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  • WA housing sector remains soft, but positive signs emerge moving forward

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    Western Australia’s housing sector is expected to improve in 2017-18 despite continued weakness experienced in 2016-17, according to the Housing Industry Forecasting Group’s (HIFG) latest report.

    Dwelling commencements

    HIFG confirmed its forecast for 19,000 dwelling commencements for 2016-17. This figure represents a 25 per cent fall on 2015-16, which HIFG say is not unusual giving the cyclical nature of the housing sector.

    The Group is predicting 2016-17 will be the bottom of the cycle. Dwelling commencements are expected to recover to 21,000 in 2017-18, based on early indications of a moderate recovery in population growth, employment conditions and the general economic outlook. Stronger recovery within a range of 22,000 to 24,000 in 2018-19 and 2019-20 is predicted.

    Economic overview

    After more than a year of decline, WA’s State Final Demand (SFD) grew by 0.4 per cent in the December quarter 2016. However, over the year, SFD fell by 7.8 per cent, with business investment remaining the largest detractor to growth over the year.

    WA’s labour market appears to have stabilised, with the unemployment rate sitting at 6.4 per cent over the past few months, and there has been an increase in full-time employment levels over recent periods.

    According to the CCI Survey of Consumer Confidence, there are signs economic confidence is returning with people expecting the local economy to improve or remain unchanged in the short term.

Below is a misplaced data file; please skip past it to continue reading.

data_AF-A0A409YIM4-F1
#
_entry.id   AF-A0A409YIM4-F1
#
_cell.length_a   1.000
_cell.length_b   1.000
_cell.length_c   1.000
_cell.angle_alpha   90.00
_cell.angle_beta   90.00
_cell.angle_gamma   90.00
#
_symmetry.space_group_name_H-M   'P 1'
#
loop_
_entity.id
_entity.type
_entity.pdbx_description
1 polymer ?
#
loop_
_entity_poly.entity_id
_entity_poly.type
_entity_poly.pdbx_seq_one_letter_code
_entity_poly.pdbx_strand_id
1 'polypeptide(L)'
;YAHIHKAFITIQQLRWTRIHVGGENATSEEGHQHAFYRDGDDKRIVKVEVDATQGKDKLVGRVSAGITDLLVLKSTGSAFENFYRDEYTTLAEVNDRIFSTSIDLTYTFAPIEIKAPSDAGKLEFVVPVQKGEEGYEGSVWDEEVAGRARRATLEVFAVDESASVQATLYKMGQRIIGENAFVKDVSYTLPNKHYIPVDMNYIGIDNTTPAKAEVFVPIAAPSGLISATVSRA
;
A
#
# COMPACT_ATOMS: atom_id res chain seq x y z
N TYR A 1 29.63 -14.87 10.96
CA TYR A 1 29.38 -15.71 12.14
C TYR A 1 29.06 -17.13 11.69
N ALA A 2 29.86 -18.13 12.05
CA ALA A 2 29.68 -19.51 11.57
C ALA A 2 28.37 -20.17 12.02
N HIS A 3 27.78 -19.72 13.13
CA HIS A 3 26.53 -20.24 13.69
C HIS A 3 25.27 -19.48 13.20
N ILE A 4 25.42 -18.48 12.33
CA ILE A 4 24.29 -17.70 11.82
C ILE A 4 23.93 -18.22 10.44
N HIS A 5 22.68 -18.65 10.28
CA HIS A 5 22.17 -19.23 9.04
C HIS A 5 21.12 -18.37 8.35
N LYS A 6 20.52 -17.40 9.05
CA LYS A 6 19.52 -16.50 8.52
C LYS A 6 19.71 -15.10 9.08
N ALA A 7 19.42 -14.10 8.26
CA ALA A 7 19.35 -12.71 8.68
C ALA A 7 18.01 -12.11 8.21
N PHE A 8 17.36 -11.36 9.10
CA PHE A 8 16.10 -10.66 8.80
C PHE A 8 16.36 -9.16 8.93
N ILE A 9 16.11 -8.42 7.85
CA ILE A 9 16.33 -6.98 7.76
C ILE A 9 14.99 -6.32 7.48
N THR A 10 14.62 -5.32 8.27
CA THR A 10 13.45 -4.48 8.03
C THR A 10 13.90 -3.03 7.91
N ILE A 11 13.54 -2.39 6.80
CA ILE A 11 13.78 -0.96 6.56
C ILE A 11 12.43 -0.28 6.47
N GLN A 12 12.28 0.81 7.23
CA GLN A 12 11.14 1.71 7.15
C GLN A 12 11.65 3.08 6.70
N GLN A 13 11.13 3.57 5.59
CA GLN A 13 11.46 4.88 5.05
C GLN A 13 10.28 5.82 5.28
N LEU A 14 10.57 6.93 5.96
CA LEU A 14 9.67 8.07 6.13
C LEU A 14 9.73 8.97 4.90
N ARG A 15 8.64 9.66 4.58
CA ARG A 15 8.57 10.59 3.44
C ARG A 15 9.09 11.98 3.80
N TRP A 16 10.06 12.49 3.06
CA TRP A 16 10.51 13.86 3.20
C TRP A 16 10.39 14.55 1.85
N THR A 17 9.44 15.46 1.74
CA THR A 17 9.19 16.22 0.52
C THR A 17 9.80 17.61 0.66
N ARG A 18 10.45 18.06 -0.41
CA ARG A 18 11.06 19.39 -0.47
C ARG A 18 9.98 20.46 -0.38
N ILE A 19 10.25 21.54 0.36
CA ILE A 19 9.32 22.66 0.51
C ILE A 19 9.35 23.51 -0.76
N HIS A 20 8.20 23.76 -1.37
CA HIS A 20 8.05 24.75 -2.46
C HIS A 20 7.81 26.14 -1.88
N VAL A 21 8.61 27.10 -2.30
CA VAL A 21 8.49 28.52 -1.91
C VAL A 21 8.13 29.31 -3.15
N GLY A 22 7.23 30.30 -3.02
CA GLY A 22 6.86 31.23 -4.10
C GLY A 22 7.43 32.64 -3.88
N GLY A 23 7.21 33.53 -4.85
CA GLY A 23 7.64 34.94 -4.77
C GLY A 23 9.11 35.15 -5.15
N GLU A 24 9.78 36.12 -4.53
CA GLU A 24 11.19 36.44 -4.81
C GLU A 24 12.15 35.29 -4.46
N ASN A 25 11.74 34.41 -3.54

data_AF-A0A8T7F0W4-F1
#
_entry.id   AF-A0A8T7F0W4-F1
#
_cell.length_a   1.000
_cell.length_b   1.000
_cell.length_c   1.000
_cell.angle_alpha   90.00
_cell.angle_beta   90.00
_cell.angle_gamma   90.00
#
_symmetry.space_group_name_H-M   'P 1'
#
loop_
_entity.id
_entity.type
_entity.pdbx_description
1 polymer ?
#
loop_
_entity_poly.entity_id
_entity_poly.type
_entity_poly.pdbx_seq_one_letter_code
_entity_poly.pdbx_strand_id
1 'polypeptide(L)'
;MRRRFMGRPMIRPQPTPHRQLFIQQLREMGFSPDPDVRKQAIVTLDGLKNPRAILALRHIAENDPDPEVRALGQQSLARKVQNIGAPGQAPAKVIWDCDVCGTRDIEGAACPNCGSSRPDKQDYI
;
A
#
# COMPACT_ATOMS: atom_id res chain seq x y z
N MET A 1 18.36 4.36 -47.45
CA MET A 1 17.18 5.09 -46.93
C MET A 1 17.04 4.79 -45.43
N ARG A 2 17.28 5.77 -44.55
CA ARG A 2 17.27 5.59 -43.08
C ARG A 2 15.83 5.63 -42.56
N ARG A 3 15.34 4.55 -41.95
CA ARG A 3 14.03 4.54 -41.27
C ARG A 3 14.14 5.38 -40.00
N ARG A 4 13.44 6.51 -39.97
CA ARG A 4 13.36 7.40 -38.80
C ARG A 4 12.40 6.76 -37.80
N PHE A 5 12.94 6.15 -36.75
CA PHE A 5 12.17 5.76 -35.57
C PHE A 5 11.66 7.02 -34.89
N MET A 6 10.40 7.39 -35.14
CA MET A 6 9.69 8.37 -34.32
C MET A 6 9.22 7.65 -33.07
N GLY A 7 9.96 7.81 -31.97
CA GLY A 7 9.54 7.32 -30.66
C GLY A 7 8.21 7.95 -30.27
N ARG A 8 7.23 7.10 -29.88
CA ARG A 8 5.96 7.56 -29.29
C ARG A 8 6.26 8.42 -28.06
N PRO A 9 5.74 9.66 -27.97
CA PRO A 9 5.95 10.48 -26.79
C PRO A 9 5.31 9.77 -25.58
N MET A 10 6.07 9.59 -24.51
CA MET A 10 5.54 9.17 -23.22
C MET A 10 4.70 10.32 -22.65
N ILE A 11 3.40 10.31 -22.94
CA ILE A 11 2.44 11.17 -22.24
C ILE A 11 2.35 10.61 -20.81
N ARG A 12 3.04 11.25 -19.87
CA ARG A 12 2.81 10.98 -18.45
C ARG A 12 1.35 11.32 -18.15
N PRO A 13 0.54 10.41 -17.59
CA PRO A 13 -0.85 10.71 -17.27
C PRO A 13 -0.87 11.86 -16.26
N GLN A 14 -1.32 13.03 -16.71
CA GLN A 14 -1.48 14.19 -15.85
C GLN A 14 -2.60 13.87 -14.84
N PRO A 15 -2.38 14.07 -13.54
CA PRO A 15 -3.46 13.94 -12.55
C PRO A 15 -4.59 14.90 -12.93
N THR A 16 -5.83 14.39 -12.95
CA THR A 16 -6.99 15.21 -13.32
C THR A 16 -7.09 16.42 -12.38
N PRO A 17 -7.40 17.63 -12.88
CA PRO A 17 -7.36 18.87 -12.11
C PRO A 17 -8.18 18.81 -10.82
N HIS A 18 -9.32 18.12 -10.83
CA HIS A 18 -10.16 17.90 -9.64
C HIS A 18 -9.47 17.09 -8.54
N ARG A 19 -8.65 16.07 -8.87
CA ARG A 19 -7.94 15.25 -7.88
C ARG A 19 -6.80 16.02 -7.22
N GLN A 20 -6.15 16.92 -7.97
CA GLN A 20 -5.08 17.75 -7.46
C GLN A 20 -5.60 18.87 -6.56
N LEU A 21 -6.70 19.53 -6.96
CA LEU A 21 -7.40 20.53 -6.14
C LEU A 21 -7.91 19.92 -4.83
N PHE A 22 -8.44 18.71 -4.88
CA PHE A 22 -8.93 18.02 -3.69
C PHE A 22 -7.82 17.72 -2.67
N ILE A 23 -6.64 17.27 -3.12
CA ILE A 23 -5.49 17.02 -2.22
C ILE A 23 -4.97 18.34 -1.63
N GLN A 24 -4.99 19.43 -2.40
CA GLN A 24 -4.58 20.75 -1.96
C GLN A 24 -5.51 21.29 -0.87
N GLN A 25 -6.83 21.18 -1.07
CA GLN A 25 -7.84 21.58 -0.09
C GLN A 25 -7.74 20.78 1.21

Population growth

    Population levels in the state continues to slow, with a growth rate of one per cent recorded for the year to September 2016. WA’s residential population is estimated to now sit at 2,623,164.

    Net interstate migration remains firmly in the negative, and net overseas migration grew by only 13,315 in the year to September 2016. However, the Group believe record low growth in population has now stabilised and expect a subdued pick-up over the forecast horizon.

    Established purchase and rental market

    House prices in Greater Perth rose by one per cent in the December quarter 2016, but were down three per cent when compared to the December quarter 2015. Overall, house prices in regional WA improved, but there were large variations between markets.

    The rental market remains soft, with the vacancy rate sitting at 6.4 per cent in the December quarter 2016. Listings for both houses and units in the sector remain at record highs, and rents have fallen by 10 per cent over the year to $355 per week in the March quarter 2017.

    First home owners

    Although the overall volume of first home owners in the market has declined (in line with general market trends), they continue to make up a significant proportion of the WA housing market.

    First home buyers in WA secured 22 per cent of total finance commitments in February 2017. This is in-line with the state’s decade average and notably above the national level of 13 per cent.

    Industry issues and challenges

    HIFG have concerns that any changes to the policy or regulatory environment at all levels of government are likely to impact heavily on the WA market and the Group’s forecast.

    The Group notes that regulatory measures, which are designed to cool price growth in the Sydney and Melbourne markets, would have an equal effect on WA’s already softer market. This presents a key risk to the outlook.

    Despite softer market conditions across both the residential sales and private rental sector, the Group recognise that housing affordability continues to be a significant issue for Western Australian households on low incomes.

    For more information about the HIFG forecast, view the official 2016-17 update.